‘Homecoming” reveals three different types of cartographic viewpoints informing human behaviour. Firstly it refers to the general map that guides us home, whether by design or habit. If by habit, the route is so engrained in memory that it happens almost automatically. The less familiar the closer every detail is observed on the physical map. The internal observation of the traveller can and will discard the material evidence of the map if it is not congruent.
Maps of consent, behavioral beliefs and attitudes regarding a specific space around a person or group are deep etched into the landscape, although it may not be evident to one not familiar with a particular space, social, political or geographical restraints. Internally these consents or constraints form grids in and out of which humans move, forming formidable invisible barriers of entry or acceptance.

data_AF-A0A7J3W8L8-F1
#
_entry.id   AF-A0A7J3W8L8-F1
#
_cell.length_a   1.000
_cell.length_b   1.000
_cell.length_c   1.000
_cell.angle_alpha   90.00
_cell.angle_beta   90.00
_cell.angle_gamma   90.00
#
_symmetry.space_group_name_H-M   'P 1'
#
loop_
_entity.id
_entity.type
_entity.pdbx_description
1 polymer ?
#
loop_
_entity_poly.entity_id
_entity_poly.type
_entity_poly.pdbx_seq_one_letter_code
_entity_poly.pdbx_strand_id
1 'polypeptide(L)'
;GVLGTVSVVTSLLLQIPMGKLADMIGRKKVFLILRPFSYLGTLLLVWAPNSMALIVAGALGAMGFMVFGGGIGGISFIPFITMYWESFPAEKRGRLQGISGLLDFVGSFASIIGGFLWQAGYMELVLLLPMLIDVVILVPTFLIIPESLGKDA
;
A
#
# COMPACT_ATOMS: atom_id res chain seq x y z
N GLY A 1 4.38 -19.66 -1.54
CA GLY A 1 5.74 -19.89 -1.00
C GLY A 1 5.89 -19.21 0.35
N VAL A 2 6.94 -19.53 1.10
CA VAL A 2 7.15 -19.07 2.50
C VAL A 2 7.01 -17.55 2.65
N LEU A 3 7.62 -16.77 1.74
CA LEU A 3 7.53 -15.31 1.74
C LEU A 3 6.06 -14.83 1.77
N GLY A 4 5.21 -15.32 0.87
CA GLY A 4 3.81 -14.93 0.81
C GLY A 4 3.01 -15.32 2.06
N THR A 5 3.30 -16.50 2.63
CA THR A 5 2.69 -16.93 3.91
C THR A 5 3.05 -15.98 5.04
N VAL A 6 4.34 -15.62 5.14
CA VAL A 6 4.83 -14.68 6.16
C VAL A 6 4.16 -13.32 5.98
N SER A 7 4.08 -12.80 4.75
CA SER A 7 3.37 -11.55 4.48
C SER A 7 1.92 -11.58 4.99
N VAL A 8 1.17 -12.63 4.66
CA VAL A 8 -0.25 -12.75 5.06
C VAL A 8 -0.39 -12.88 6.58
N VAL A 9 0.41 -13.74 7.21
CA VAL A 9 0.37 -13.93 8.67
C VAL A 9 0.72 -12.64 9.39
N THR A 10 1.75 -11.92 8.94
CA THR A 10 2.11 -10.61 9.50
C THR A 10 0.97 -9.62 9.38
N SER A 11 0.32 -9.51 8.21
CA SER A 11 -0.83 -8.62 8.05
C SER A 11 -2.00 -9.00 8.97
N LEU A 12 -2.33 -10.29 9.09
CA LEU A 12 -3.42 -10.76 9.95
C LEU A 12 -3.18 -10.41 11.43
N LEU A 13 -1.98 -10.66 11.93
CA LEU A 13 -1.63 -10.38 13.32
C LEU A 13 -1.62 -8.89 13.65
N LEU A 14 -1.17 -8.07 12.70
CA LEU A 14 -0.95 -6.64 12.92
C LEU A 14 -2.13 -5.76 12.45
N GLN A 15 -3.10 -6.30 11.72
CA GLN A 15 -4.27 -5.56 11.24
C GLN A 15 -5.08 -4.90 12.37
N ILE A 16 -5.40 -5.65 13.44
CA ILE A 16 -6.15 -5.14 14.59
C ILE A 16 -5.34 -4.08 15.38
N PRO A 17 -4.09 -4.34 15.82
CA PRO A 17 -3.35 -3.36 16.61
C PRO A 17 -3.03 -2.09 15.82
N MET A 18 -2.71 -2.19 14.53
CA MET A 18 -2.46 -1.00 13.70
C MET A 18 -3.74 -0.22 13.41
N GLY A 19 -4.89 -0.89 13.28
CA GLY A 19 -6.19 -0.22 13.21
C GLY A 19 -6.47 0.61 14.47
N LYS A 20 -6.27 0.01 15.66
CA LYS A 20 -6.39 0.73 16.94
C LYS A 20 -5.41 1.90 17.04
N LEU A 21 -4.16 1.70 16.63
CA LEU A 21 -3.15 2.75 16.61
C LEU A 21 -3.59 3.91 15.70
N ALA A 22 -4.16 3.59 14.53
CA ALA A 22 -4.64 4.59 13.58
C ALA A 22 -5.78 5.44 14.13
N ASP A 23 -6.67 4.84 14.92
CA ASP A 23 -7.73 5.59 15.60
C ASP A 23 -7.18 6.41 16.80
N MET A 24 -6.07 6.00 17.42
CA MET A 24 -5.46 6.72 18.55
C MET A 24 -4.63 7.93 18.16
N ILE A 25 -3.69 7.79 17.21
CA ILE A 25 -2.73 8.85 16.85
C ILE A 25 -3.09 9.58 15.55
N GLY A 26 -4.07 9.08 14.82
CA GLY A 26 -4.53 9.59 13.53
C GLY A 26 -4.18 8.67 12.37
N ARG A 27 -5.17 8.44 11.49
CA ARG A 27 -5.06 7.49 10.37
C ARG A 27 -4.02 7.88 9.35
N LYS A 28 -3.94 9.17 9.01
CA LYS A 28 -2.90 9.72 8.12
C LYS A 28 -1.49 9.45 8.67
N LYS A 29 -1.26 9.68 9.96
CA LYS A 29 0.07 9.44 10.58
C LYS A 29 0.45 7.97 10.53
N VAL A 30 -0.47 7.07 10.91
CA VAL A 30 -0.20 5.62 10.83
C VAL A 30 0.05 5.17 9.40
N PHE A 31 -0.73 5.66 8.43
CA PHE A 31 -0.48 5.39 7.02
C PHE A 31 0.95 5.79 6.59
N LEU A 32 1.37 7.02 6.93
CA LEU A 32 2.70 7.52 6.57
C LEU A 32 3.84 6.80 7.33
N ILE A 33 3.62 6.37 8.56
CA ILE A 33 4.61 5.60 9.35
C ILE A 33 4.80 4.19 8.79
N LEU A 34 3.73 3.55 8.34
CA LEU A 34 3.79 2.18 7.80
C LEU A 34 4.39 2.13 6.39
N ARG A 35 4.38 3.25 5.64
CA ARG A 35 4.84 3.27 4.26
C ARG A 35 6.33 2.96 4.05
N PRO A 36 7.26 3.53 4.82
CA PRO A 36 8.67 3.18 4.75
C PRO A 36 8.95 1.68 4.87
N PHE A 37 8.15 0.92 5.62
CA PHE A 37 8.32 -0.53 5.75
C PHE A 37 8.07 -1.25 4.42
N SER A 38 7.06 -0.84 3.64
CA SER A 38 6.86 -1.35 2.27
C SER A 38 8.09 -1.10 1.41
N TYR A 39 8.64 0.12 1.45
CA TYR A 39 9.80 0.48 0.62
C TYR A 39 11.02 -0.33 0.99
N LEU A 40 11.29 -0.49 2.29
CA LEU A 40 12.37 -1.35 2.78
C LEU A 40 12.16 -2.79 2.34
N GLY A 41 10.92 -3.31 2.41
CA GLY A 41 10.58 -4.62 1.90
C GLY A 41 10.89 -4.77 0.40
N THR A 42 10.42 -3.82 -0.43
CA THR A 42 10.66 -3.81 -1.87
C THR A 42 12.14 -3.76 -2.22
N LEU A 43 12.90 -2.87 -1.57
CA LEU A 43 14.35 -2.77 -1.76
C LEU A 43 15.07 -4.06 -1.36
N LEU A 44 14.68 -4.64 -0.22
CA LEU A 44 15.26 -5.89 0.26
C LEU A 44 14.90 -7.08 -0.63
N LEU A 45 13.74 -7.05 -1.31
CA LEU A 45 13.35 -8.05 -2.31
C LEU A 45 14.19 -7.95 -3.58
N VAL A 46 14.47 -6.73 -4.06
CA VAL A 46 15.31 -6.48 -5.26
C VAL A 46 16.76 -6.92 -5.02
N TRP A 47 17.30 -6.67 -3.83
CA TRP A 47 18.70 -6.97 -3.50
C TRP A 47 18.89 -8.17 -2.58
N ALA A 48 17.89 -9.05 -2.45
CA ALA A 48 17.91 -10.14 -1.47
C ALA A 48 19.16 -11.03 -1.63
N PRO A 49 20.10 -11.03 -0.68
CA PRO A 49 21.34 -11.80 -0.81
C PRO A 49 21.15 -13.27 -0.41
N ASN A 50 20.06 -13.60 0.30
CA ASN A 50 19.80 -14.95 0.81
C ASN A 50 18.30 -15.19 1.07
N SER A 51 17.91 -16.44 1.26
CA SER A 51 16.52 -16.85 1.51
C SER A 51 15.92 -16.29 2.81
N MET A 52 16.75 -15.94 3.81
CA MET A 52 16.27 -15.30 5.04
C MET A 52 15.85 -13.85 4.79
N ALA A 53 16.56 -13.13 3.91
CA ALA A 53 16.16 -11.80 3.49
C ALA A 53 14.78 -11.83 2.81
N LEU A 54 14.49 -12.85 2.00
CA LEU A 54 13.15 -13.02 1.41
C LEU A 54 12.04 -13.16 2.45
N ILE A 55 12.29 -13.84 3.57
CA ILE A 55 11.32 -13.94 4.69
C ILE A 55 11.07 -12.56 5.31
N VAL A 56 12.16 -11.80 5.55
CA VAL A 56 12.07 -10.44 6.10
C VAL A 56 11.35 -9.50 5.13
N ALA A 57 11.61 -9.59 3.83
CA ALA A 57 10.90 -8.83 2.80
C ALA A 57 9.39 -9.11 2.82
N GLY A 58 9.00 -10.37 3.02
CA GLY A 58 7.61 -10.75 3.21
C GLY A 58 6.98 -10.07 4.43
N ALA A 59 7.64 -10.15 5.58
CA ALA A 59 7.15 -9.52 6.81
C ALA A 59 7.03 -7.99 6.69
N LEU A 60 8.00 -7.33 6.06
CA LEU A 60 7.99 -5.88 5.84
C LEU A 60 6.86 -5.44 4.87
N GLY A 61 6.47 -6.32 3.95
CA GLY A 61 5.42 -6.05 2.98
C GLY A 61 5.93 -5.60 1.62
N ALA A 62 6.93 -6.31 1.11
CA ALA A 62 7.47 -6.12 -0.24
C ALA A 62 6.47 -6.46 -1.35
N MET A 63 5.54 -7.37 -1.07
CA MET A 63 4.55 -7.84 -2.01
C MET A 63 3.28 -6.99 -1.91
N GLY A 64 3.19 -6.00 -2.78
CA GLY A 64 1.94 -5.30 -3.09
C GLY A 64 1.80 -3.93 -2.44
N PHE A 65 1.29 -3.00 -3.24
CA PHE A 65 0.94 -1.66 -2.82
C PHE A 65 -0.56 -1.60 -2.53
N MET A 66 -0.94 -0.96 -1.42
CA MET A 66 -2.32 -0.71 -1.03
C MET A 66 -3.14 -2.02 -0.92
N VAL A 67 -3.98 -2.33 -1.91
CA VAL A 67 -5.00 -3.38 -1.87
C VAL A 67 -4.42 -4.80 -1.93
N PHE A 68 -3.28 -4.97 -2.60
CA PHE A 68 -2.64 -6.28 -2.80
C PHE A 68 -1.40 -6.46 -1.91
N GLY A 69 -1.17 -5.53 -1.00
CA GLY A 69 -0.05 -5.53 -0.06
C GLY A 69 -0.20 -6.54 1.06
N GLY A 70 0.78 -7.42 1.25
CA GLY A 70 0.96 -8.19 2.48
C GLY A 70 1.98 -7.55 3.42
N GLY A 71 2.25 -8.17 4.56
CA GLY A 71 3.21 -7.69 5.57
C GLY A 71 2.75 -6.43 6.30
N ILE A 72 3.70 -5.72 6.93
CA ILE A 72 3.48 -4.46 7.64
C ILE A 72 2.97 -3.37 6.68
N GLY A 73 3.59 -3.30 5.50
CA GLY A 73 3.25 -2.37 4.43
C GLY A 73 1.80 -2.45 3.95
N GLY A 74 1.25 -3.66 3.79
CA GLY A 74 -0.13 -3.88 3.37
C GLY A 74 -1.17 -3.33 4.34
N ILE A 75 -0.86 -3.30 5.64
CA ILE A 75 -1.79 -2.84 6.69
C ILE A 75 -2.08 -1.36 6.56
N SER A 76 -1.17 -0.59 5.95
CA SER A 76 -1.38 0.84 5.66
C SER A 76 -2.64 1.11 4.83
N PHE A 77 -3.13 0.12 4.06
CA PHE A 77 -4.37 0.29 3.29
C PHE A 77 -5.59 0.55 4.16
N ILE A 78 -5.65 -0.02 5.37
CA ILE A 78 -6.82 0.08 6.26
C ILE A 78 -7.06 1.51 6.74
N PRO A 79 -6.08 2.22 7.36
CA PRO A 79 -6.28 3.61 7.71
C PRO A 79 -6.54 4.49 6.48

Internal cartographic grids shape internal dialogues and pathways that eventually evident in outward behaviour. Society may adapt its acceptance of unorthodox new internal grids based on repetition even though there may be more beneficial routes of action.
Homecoming refers to all three these maps in operation both extrinsically and intrinsically. Difficult routine journeys will become bearable of the intrinsic maps lead to a pleasant outcome